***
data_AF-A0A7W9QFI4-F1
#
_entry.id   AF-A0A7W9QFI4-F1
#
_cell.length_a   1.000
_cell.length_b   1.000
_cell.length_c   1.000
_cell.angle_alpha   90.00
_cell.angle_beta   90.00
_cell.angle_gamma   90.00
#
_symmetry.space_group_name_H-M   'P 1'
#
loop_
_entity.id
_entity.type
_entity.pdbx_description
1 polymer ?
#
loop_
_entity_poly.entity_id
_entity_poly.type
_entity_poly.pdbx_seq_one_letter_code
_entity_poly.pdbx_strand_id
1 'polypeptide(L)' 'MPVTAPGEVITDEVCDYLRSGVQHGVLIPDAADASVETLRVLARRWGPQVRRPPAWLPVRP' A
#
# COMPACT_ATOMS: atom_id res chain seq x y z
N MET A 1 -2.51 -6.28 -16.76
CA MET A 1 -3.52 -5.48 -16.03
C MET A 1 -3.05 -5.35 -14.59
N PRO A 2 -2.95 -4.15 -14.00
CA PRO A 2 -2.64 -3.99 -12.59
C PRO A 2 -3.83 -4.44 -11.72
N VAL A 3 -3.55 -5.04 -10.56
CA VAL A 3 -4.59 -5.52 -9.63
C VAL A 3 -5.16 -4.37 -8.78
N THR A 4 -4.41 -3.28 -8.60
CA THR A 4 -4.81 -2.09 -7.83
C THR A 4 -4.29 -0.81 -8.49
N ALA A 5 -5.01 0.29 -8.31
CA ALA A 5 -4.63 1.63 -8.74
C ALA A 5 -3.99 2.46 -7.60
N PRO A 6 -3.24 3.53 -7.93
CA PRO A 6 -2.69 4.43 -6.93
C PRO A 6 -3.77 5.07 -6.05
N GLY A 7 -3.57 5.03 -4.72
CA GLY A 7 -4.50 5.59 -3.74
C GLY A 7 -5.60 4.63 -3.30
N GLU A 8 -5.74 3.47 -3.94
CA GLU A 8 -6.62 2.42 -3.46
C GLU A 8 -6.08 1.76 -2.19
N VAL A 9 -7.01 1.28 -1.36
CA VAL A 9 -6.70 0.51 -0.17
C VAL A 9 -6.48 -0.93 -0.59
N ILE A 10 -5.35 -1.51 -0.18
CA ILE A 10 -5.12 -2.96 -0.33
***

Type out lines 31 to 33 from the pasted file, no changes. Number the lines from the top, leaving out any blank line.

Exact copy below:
N PRO A 2 -2.95 -4.15 -14.00
CA PRO A 2 -2.64 -3.99 -12.59
C PRO A 2 -3.83 -4.44 -11.72